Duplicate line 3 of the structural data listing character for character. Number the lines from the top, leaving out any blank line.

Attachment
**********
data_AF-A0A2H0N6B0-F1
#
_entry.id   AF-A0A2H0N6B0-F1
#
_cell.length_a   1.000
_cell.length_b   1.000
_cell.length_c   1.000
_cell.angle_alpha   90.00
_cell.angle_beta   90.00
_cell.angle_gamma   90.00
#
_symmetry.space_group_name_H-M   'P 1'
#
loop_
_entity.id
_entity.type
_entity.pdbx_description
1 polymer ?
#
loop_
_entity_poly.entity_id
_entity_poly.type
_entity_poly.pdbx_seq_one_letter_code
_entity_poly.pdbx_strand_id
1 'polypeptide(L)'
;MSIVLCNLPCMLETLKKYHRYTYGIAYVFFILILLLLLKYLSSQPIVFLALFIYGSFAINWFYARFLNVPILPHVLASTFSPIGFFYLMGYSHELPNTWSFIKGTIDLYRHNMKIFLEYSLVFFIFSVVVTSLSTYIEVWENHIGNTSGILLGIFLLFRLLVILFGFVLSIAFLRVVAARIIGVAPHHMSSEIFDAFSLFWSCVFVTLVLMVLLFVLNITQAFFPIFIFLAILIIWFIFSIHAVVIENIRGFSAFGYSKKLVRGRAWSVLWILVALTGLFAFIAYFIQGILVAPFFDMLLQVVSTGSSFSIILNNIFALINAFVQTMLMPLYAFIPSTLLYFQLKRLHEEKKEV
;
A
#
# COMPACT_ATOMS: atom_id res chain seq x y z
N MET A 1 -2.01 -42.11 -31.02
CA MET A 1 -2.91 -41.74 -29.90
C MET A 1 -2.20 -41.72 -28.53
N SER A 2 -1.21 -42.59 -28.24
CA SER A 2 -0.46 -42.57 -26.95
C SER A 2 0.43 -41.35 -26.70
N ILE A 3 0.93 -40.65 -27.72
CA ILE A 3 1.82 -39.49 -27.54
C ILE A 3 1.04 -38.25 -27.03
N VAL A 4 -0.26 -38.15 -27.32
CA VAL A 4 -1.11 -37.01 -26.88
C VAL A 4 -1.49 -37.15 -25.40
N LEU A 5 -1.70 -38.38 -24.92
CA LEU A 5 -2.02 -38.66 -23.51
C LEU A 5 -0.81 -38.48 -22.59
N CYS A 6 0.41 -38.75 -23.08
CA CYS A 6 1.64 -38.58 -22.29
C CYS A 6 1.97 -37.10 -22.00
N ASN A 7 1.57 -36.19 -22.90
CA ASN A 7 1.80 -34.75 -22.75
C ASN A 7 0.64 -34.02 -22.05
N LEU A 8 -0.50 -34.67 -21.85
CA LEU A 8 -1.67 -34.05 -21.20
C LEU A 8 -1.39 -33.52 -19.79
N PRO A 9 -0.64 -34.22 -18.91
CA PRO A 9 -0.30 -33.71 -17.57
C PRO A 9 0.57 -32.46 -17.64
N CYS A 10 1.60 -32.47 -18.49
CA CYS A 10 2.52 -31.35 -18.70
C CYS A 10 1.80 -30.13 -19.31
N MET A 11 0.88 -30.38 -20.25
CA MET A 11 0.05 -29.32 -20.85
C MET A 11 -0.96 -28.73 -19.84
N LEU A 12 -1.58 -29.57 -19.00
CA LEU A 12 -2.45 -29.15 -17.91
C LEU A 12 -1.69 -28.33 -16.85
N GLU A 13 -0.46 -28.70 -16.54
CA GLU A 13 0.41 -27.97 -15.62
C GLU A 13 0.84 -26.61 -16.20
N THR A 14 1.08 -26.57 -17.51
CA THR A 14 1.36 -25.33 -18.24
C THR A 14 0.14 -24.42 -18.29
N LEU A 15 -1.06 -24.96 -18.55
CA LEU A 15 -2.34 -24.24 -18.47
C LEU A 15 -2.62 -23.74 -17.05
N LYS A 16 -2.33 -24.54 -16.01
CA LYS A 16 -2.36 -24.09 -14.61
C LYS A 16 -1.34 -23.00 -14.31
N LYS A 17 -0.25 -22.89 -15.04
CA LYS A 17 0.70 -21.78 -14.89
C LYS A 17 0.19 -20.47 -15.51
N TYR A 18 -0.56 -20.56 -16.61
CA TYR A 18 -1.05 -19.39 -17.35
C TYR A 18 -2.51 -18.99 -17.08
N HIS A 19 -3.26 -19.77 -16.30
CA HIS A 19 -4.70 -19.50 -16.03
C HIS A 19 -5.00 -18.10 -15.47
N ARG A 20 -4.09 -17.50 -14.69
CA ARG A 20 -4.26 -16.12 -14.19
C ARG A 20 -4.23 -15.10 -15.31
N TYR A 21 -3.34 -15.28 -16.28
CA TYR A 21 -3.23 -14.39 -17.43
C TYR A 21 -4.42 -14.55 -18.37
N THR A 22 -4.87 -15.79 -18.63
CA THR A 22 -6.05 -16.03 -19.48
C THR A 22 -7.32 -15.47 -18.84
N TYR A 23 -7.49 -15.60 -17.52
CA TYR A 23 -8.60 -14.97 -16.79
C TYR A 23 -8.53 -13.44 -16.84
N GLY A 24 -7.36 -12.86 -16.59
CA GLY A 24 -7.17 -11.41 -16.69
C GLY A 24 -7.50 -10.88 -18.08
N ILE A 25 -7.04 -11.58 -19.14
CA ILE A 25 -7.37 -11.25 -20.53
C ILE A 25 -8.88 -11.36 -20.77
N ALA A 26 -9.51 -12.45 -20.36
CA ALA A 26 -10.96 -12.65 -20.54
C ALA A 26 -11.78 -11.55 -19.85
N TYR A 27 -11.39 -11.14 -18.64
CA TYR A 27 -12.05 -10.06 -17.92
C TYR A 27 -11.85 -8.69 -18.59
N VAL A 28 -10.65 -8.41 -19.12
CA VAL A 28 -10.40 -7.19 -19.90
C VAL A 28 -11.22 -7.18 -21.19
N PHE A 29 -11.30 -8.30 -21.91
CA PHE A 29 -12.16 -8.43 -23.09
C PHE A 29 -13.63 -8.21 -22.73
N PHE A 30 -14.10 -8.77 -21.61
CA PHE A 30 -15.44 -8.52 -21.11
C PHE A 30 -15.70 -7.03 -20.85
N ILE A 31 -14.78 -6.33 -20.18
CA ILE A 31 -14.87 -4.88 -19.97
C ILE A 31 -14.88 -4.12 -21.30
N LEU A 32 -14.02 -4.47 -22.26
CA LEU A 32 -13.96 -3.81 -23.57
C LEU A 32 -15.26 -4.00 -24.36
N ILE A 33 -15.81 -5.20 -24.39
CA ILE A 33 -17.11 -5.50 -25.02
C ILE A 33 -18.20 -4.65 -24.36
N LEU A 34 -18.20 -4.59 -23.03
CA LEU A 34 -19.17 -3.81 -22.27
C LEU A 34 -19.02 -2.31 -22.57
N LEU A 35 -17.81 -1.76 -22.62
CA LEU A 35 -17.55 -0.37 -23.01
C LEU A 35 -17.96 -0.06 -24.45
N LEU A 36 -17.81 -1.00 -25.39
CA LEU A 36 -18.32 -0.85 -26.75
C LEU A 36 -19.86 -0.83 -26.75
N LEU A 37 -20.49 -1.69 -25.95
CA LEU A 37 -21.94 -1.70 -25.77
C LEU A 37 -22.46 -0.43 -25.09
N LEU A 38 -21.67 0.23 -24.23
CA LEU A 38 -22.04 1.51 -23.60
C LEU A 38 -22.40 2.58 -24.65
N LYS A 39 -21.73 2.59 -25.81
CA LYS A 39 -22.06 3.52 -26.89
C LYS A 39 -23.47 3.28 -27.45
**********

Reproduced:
_entry.id   AF-A0A2H0N6B0-F1